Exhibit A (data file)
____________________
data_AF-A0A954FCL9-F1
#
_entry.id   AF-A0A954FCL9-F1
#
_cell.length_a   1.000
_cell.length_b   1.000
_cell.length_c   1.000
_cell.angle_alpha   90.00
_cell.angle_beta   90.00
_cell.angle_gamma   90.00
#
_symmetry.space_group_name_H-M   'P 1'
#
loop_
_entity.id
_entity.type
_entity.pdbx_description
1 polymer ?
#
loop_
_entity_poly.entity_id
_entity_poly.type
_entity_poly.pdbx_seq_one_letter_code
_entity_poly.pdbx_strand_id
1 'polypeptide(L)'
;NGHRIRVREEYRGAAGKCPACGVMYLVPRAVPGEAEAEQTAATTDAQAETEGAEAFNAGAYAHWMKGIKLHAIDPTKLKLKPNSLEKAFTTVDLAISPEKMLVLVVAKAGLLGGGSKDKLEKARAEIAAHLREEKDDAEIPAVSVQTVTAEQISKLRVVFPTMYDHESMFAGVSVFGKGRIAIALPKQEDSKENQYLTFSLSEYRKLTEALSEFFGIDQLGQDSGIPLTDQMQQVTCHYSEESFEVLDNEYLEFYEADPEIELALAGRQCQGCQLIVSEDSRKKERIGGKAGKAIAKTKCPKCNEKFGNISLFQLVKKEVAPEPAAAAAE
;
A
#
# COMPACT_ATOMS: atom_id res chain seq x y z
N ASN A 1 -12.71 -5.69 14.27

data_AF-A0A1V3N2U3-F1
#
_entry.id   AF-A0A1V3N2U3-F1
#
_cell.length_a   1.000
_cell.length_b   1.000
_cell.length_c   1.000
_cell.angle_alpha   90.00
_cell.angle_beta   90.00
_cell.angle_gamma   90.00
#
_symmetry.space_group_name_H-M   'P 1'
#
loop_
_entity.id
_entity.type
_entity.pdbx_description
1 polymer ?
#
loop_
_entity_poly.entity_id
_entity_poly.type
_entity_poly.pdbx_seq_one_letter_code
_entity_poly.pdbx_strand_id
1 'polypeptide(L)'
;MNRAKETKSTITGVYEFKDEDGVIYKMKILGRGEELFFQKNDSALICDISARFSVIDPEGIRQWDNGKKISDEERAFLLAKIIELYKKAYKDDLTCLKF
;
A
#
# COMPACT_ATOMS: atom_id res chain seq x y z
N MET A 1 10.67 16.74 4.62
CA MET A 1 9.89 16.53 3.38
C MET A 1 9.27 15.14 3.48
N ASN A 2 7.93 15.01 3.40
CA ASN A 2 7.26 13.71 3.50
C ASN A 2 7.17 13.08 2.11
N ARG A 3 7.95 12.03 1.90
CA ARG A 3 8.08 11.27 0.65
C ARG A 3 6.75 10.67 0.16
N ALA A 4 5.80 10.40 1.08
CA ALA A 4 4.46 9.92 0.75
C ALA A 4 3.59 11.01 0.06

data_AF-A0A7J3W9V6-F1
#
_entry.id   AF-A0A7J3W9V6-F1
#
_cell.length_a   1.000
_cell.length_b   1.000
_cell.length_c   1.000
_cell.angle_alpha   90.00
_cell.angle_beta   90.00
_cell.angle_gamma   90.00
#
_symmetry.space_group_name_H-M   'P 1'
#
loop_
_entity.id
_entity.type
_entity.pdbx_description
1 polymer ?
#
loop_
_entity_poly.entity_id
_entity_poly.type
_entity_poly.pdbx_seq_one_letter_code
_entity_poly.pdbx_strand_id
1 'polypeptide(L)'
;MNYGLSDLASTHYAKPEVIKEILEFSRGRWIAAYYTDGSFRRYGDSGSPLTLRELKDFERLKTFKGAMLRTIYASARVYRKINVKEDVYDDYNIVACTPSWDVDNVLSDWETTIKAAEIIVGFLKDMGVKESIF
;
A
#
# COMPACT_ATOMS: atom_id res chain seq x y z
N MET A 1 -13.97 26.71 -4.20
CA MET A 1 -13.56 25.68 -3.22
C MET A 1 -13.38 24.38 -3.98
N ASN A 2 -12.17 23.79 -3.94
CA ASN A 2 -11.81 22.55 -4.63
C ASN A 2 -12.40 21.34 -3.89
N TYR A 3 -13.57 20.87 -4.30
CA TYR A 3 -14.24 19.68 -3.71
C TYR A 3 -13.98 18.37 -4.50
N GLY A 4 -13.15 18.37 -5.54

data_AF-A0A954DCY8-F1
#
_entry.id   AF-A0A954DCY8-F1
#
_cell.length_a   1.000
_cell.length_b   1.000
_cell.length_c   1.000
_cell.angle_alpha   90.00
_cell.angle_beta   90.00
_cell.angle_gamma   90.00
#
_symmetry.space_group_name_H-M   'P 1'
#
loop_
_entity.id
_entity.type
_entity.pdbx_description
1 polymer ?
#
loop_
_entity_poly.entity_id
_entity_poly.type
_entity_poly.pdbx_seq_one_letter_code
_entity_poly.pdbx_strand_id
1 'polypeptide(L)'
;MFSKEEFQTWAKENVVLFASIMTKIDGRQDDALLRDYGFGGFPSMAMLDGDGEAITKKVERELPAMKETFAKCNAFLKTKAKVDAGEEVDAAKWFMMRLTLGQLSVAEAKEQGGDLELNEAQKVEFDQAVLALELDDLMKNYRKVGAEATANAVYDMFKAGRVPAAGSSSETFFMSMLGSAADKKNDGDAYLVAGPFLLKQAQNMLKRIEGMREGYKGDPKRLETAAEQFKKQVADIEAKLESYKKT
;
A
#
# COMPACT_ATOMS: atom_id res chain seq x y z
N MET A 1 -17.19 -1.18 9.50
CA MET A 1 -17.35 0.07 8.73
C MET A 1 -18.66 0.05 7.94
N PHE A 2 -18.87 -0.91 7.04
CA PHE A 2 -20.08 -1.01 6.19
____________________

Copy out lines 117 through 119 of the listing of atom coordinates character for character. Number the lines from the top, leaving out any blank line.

#
_cell.length_a   1.000
_cell.length_b   1.000